B2B application programming interfaces (APIs) aren’t just for large enterprises anymore — middle-market firms and SMBs now realize their potential for enabling low-cost access to real-time payments and account data. But those capabilities are only the tip of the API iceberg, says HSBC global head of liquidity and cash management Diane Reyes. In this month’s B2B API Tracker, Reyes explains how the next wave of banking APIs could fight payments fraud and proactively alert middle-market treasurers to investment opportunities.
Large enterprises are demanding greater access to banking APIs to ease their treasurers’ workloads and help them make more informed decisions, but big companies with robust technological infrastructures are not alone in requesting APIs from their banks. Middle-market players — those that generate $10 million to $1 billion in annual revenues — are becoming more educated on and interested in such solutions’ benefits, particularly as they struggle to use their more-limited resources to compete against larger competitors.
Many middle-market enterprises thus seek APIs to support treasurers with quick transactions and rapid access to account statements and payment statuses. This is only the tip of the iceberg regarding how the technology could help businesses of all sizes, according to Diane S. Reyes, global head of liquidity and cash management for HSBC, and Nadya Hijazi, its head of eCommerce for global payments and cash management and global trade and receivables finance.
“The next frontier — and it’ll be a bit of time before this becomes mainstream — is the ability to provide customers with insights,” beyond that which FIs were originally able to do, Reyes noted.
In a recent PYMNTS interview, Reyes and Hijazi discussed businesses’ growing demands for API-based services, as well as their potential future applications in better fighting real-time payment fraud and alerting customers to investment opportunities.
Fighting Payments Friction
Companies are looking for simple technologies to improve visibility into their cash positions, which would enable them to better manage investment opportunities. Many have thus begun connecting their enterprise resource planning (ERP) systems with bank accounts via APIs for detailed, real-time financial status information. Plenty of business customers of different sizes are becoming interested in the technology — a trend Reyes attributes to rising awareness of its potential.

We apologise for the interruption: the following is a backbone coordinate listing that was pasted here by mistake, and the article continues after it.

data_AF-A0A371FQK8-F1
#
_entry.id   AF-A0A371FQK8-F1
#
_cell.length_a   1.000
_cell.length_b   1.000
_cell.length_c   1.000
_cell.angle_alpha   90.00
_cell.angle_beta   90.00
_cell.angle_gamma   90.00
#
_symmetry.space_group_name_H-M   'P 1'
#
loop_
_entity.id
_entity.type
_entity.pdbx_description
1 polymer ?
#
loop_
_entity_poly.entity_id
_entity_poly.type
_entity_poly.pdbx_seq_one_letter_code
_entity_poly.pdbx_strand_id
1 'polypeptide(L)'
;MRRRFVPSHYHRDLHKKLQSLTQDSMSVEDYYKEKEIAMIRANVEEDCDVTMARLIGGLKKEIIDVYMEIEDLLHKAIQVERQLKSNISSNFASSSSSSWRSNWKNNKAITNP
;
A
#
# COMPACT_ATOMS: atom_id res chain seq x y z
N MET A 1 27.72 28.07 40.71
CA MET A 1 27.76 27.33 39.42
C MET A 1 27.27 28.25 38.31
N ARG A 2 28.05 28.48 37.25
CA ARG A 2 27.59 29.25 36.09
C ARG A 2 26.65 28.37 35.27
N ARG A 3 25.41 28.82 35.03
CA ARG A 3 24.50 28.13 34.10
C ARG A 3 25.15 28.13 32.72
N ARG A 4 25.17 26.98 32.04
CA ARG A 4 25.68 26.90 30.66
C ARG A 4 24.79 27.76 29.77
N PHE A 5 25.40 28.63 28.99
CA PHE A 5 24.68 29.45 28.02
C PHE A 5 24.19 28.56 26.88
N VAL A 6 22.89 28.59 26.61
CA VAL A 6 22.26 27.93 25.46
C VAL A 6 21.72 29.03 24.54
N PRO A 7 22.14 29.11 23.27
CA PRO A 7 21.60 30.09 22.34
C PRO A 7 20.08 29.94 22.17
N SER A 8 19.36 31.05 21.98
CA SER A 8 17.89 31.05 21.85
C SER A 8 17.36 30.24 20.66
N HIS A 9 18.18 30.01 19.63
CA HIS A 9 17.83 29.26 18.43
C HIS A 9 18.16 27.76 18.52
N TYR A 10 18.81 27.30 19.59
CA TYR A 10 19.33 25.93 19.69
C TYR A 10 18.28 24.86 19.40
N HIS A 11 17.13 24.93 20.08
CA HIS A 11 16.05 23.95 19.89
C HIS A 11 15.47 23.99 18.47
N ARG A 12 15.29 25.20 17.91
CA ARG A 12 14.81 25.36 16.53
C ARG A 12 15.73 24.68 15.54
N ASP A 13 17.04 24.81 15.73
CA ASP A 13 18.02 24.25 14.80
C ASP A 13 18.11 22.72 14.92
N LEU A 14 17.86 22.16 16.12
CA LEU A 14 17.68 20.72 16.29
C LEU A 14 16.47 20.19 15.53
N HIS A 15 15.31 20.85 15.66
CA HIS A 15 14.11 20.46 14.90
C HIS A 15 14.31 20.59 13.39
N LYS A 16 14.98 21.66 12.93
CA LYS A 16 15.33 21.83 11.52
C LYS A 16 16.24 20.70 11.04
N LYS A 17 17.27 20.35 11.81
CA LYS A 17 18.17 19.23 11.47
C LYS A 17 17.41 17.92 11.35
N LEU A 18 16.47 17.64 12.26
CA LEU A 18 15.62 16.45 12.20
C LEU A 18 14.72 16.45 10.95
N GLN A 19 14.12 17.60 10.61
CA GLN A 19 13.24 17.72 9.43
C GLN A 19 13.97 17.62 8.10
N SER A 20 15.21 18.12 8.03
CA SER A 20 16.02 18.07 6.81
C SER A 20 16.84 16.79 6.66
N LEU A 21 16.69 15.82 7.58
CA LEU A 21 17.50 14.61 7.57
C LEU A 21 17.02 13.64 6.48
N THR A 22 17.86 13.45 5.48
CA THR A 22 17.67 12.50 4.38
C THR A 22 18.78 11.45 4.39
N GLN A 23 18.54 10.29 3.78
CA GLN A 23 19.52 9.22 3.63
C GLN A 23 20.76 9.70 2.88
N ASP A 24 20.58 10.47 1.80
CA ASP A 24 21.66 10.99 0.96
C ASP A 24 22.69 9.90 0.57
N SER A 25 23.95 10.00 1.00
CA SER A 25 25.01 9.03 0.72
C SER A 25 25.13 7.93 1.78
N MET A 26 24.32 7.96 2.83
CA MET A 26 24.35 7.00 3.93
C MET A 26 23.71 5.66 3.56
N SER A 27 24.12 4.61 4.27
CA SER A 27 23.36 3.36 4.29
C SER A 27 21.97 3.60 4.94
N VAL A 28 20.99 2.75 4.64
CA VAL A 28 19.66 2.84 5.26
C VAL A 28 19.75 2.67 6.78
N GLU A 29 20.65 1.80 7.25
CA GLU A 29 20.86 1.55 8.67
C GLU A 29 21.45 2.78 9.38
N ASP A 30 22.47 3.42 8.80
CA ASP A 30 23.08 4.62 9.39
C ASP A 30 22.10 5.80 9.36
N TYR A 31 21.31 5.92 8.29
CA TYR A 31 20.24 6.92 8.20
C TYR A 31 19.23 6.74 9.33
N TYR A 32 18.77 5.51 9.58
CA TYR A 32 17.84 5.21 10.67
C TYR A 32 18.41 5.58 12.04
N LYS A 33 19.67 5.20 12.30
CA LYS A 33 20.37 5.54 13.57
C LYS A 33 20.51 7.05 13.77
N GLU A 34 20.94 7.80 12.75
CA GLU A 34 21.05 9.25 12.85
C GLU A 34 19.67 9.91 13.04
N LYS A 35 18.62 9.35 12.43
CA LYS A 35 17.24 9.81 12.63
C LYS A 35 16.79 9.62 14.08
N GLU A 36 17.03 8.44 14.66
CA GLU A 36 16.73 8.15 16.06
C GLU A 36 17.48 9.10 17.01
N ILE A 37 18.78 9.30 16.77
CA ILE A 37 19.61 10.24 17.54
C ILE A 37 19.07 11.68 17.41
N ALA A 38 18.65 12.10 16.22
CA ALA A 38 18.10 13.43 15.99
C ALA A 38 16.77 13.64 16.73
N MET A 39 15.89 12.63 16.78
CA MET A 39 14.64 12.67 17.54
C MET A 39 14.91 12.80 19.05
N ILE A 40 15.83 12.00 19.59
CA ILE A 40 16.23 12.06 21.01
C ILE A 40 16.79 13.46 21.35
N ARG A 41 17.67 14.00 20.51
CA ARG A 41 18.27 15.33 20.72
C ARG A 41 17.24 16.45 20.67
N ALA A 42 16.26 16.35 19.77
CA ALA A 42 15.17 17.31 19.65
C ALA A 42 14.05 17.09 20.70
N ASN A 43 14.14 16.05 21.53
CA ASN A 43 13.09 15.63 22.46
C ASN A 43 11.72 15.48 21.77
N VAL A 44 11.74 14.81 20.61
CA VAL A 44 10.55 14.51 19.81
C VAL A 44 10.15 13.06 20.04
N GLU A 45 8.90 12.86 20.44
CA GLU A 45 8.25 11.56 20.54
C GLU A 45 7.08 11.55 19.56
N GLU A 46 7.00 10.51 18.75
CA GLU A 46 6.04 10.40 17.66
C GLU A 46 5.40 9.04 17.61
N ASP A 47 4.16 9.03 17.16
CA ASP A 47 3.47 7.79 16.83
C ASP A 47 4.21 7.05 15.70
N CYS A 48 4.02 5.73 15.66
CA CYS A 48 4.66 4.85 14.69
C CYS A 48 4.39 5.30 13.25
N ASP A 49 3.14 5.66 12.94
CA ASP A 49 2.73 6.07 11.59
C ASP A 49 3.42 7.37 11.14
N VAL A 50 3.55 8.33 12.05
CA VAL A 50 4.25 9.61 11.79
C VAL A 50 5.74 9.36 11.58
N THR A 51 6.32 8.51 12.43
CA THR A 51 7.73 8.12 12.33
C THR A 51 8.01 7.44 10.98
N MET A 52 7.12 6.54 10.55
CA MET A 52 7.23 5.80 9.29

“The vendors and the software houses are educating … customers,” Reyes said. “Now the technology is much more widely known and discussed across a range of sectors, so we increasingly see clients asking for it.”
Banking services integrated into ERP platforms via APIs can offer solutions for payment confirmation, initiation and up-to-the-moment tracking as well as instant payments and on-demand account balance checks. Each can help treasurers instantly assess their cash positions and compete in markets where real-time payments are becoming the norm, Reyes and Hijazi noted. APIs can also allow treasurers to better capitalize on emerging opportunities.
“If I, as a treasurer, can see real-time data, I’m making decisions on where to sweep my money based on what my balance is now, rather than end of day,” Hijazi explained.
FIs can advance their API usage to unlock additional client conveniences as well, leveraging them to smooth payment journeys for companies that make automatic deductions from customers’ accounts. Direct debit requests often fall through if the accounts from which they pull payments have closed or lack sufficient funds, Reyes said, but APIs could help FIs confirm whether this is the case before they attempt to collect.
Enabling Real-Time Payments While Combating Fraud